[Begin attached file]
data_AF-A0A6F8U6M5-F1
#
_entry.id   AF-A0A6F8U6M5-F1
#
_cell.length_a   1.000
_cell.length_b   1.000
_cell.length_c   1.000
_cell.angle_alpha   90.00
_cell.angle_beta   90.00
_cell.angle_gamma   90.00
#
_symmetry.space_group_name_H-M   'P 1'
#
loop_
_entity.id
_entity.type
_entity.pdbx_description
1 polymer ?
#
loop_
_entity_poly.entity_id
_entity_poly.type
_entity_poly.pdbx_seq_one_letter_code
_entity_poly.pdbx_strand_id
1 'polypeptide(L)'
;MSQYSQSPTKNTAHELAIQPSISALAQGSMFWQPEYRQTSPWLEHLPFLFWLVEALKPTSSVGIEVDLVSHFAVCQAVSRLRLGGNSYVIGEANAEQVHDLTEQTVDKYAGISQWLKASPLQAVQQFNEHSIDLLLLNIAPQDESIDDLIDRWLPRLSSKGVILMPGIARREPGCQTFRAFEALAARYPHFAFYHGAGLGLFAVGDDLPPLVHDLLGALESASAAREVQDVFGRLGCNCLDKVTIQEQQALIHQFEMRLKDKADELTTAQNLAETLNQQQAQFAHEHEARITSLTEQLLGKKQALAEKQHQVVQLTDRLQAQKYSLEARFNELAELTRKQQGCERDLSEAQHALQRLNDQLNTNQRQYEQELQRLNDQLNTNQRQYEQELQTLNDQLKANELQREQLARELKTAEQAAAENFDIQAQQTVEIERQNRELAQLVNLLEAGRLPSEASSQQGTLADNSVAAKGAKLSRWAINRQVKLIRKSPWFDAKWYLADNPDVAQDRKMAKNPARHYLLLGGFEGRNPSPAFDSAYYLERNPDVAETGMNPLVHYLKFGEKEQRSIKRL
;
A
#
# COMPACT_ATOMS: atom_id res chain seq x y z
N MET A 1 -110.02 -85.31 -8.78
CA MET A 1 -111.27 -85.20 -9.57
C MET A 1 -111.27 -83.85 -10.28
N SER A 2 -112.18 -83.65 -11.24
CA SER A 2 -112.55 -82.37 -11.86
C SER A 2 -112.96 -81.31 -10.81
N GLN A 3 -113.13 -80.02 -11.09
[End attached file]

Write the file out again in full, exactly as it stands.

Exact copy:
data_AF-A0A6F8U6M5-F1
#
_entry.id   AF-A0A6F8U6M5-F1
#
_cell.length_a   1.000
_cell.length_b   1.000
_cell.length_c   1.000
_cell.angle_alpha   90.00
_cell.angle_beta   90.00
_cell.angle_gamma   90.00
#
_symmetry.space_group_name_H-M   'P 1'
#
loop_
_entity.id
_entity.type
_entity.pdbx_description
1 polymer ?
#
loop_
_entity_poly.entity_id
_entity_poly.type
_entity_poly.pdbx_seq_one_letter_code
_entity_poly.pdbx_strand_id
1 'polypeptide(L)'
;MSQYSQSPTKNTAHELAIQPSISALAQGSMFWQPEYRQTSPWLEHLPFLFWLVEALKPTSSVGIEVDLVSHFAVCQAVSRLRLGGNSYVIGEANAEQVHDLTEQTVDKYAGISQWLKASPLQAVQQFNEHSIDLLLLNIAPQDESIDDLIDRWLPRLSSKGVILMPGIARREPGCQTFRAFEALAARYPHFAFYHGAGLGLFAVGDDLPPLVHDLLGALESASAAREVQDVFGRLGCNCLDKVTIQEQQALIHQFEMRLKDKADELTTAQNLAETLNQQQAQFAHEHEARITSLTEQLLGKKQALAEKQHQVVQLTDRLQAQKYSLEARFNELAELTRKQQGCERDLSEAQHALQRLNDQLNTNQRQYEQELQRLNDQLNTNQRQYEQELQTLNDQLKANELQREQLARELKTAEQAAAENFDIQAQQTVEIERQNRELAQLVNLLEAGRLPSEASSQQGTLADNSVAAKGAKLSRWAINRQVKLIRKSPWFDAKWYLADNPDVAQDRKMAKNPARHYLLLGGFEGRNPSPAFDSAYYLERNPDVAETGMNPLVHYLKFGEKEQRSIKRL
;
A
#
# COMPACT_ATOMS: atom_id res chain seq x y z
N MET A 1 -110.02 -85.31 -8.78
CA MET A 1 -111.27 -85.20 -9.57
C MET A 1 -111.27 -83.85 -10.28
N SER A 2 -112.18 -83.65 -11.24
CA SER A 2 -112.55 -82.37 -11.86
C SER A 2 -112.96 -81.31 -10.81
N GLN A 3 -113.13 -80.02 -11.09